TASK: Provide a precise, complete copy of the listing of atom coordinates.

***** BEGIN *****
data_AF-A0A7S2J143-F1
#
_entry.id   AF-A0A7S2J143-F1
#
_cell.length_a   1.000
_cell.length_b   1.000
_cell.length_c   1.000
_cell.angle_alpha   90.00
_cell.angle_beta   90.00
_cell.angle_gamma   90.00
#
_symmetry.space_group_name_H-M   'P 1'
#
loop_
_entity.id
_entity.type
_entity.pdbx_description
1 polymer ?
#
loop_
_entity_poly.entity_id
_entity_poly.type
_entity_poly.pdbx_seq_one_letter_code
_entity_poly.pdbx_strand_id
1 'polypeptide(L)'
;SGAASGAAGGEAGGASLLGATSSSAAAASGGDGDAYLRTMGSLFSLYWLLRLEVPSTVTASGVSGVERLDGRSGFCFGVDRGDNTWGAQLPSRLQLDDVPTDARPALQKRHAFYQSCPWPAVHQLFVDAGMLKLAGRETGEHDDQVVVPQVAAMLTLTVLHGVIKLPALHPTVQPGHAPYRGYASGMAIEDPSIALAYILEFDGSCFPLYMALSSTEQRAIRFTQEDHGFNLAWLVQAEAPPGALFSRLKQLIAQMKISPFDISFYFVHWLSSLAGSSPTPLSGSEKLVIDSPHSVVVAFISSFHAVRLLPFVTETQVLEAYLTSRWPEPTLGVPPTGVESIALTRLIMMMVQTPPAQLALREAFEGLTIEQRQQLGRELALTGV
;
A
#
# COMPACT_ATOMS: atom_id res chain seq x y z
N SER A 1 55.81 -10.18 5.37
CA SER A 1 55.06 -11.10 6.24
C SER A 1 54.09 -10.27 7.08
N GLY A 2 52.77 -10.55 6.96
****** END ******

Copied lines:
data_AF-A0A7S2J143-F1
#
_entry.id   AF-A0A7S2J143-F1
#
_cell.length_a   1.000
_cell.length_b   1.000
_cell.length_c   1.000
_cell.angle_alpha   90.00
_cell.angle_beta   90.00
_cell.angle_gamma   90.00
#
_symmetry.space_group_name_H-M   'P 1'
#
loop_
_entity.id
_entity.type
_entity.pdbx_description
1 polymer ?
#
loop_
_entity_poly.entity_id
_entity_poly.type
_entity_poly.pdbx_seq_one_letter_code
_entity_poly.pdbx_strand_id
1 'polypeptide(L)'
;SGAASGAAGGEAGGASLLGATSSSAAAASGGDGDAYLRTMGSLFSLYWLLRLEVPSTVTASGVSGVERLDGRSGFCFGVDRGDNTWGAQLPSRLQLDDVPTDARPALQKRHAFYQSCPWPAVHQLFVDAGMLKLAGRETGEHDDQVVVPQVAAMLTLTVLHGVIKLPALHPTVQPGHAPYRGYASGMAIEDPSIALAYILEFDGSCFPLYMALSSTEQRAIRFTQEDHGFNLAWLVQAEAPPGALFSRLKQLIAQMKISPFDISFYFVHWLSSLAGSSPTPLSGSEKLVIDSPHSVVVAFISSFHAVRLLPFVTETQVLEAYLTSRWPEPTLGVPPTGVESIALTRLIMMMVQTPPAQLALREAFEGLTIEQRQQLGRELALTGV
;
A
#
# COMPACT_ATOMS: atom_id res chain seq x y z
N SER A 1 55.81 -10.18 5.37
CA SER A 1 55.06 -11.10 6.24
C SER A 1 54.09 -10.27 7.08
N GLY A 2 52.77 -10.55 6.96